Lydia and Freddie. Freddie and Lydia. They'd been together for more than a decade, and Lydia thought their love was indestructible.
But she was wrong. On her twenty-eighth birthday, Freddie died in a car accident.
So now it's just Lydia, and all she wants to do is hide indoors and sob until her eyes fall out. But Lydia knows that Freddie would want her to try to live fully, happily, even without him. So, enlisting the help of his best friend, Jonah, and her sister, Elle, she takes her first tentative steps into the world, open to life--and perhaps even love--again.
But then something inexplicable happens that gives her another chance at her old life with Freddie. A life where none of the tragic events of the past few months have happened.
Lydia is pulled again and again across the doorway of her past, living two lives, impossibly, at once. But there's an emotional toll to returning to a world where Freddie, alive, still owns her heart. Because there's someone in her new life, her real life, who wants her to stay.
Written with Josie Silver's trademark warmth and wit, The Two Lives of Lydia Bird is a powerful and thrilling love story about the what-ifs that arise at life's crossroads, and what happens when one woman is given a miraculous chance to answer them.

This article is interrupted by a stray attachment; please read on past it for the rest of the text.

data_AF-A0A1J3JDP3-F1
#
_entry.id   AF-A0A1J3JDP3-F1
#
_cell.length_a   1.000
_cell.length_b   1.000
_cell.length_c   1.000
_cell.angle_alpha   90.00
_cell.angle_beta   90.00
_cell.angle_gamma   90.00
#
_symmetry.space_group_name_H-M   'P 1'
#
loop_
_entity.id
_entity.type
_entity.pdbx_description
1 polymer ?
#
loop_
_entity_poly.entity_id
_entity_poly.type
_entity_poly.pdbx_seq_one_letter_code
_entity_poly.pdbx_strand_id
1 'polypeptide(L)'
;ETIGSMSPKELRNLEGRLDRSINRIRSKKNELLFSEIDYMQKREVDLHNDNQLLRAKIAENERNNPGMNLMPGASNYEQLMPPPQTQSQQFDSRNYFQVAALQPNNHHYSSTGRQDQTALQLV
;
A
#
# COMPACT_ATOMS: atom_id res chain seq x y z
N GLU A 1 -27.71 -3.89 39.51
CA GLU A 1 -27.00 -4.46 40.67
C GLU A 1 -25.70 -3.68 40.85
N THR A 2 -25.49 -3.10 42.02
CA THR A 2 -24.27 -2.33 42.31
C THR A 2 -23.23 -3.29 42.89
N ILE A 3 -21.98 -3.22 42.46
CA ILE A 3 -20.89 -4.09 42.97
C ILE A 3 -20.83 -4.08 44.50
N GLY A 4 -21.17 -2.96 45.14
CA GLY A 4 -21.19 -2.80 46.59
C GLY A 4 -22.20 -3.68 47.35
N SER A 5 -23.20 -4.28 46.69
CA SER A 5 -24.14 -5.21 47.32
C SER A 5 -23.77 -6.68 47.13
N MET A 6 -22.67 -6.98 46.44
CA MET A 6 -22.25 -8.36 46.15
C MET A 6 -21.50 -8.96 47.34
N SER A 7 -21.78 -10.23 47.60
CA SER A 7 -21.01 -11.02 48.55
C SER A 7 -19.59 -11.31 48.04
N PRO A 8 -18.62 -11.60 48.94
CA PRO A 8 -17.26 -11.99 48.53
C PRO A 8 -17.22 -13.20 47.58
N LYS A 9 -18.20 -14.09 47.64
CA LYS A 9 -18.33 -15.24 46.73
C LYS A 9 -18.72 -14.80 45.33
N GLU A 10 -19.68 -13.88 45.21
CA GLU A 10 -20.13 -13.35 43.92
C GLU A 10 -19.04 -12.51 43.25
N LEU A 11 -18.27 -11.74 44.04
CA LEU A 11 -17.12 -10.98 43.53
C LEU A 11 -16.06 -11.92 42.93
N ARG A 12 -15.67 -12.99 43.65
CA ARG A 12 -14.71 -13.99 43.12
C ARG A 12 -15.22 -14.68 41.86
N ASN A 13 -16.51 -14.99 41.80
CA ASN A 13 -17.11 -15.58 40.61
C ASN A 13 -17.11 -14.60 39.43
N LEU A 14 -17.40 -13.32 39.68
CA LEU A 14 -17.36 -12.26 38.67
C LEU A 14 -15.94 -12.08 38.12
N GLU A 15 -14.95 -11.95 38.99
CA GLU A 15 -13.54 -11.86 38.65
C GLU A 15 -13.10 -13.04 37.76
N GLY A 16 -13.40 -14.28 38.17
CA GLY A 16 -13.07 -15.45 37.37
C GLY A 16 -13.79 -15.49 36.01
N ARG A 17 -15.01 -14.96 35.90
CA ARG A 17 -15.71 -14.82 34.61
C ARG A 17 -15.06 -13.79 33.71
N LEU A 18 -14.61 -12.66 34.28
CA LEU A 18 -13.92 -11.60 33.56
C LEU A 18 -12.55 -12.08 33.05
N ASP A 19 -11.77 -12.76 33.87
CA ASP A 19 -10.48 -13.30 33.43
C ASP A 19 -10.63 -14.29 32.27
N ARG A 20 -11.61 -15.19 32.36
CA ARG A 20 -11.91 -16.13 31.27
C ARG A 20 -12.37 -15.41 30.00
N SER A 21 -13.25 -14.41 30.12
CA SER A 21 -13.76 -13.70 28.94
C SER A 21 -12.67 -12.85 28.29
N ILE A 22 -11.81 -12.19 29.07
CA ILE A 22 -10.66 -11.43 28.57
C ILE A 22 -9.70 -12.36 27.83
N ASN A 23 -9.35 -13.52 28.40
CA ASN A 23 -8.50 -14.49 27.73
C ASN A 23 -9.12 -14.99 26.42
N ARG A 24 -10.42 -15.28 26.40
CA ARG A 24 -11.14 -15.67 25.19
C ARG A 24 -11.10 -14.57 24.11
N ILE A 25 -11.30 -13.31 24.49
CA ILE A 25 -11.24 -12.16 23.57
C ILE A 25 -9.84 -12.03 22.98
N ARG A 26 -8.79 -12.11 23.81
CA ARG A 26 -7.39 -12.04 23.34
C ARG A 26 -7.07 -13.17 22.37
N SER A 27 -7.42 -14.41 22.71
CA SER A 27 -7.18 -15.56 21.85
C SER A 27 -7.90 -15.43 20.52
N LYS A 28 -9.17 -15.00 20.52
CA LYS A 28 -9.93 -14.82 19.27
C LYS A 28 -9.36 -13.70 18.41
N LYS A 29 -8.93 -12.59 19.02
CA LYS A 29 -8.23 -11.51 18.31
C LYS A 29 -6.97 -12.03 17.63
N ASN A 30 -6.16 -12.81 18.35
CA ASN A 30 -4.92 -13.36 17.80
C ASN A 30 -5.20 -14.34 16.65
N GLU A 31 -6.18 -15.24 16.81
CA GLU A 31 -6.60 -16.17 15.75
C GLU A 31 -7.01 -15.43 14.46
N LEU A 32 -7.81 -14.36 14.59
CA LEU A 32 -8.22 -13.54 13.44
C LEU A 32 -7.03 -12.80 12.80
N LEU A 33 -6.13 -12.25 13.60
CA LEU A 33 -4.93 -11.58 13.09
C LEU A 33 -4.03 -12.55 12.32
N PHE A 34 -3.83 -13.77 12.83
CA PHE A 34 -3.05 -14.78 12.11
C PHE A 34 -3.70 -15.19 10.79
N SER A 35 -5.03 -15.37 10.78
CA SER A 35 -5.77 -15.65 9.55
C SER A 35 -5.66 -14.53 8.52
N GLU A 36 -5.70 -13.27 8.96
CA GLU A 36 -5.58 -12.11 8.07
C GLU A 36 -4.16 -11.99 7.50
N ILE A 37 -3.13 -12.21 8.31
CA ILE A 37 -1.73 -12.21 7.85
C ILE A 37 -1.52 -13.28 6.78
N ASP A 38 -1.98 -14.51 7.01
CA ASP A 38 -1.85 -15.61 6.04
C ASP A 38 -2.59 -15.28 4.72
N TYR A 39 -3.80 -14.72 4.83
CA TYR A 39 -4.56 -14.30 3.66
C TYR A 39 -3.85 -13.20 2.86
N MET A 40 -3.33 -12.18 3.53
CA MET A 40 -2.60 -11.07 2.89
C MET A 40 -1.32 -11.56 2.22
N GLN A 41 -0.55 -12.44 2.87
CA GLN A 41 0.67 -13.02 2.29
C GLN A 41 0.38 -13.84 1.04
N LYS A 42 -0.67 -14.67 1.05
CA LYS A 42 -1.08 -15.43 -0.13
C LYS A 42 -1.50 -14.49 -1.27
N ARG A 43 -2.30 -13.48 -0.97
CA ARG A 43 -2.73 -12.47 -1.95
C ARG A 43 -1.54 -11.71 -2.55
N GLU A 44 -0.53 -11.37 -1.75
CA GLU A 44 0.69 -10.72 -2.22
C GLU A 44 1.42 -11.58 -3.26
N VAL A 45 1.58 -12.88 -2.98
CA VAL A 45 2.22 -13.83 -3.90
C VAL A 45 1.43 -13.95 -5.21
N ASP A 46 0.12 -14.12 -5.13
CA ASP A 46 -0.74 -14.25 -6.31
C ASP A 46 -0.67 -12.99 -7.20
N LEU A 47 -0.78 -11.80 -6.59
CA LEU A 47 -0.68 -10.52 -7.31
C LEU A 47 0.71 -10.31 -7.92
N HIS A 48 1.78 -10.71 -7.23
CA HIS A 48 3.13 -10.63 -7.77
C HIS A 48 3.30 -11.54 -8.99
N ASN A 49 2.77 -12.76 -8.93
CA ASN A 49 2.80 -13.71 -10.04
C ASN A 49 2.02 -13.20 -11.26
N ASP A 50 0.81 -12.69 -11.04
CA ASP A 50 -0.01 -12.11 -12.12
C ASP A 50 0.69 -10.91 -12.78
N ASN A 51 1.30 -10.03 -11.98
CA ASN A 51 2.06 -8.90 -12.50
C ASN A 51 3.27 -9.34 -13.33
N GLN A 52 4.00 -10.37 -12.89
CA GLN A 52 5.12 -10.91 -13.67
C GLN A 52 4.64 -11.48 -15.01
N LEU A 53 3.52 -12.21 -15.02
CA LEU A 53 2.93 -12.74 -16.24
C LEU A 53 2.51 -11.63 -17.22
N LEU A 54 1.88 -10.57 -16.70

Why It Fits: Another repeat author, this clue was a pretty easy one to figure out since it fits both the title and provided synopsis of The Lives of Lydia Bird, who, after being with Freddie for a decade loses him tragically and then has to decide if she would would want to live the same life all over again if given the choice. Josie Silver is the author of One Day in December and with Book of the Month making a greater effort to include romances in their monthly line ups it seems highly likely that we will see this one in March.

Riddle #3- “Round These Parts”

A Good Neighborhood by Therese Anne Fowler
Published by St. Martin's Press on March 10, 2020
Pages: 279

In Oak Knoll, a verdant, tight-knit North Carolina neighborhood, professor of forestry and ecology Valerie Alston-Holt is raising her bright and talented biracial son. Xavier is headed to college in the fall, and after years of single parenting, Valerie is facing the prospect of an empty nest. All is well until the Whitmans move in next door―an apparently traditional family with new money, ambition, and a secretly troubled teenaged daughter.
Thanks to his thriving local business, Brad Whitman is something of a celebrity around town, and he's made a small fortune on his customer service and charm, while his wife, Julia, escaped her trailer park upbringing for the security of marriage and homemaking. Their new house is more than she ever imagined for herself, and who wouldn't want to live in Oak Knoll? With little in common except a property line, these two very different families quickly find themselves at odds: first, over an historic oak tree in Valerie's yard, and soon after, the blossoming romance between their two teenagers.
Told from multiple points of view, A Good Neighborhood asks big questions about life in America today―What does it mean to be a good neighbor? How do we live alongside each other when we don't see eye to eye?―as it explores the effects of class, race, and heartrending star-crossed love in a story that’s as provocative as it is powerful.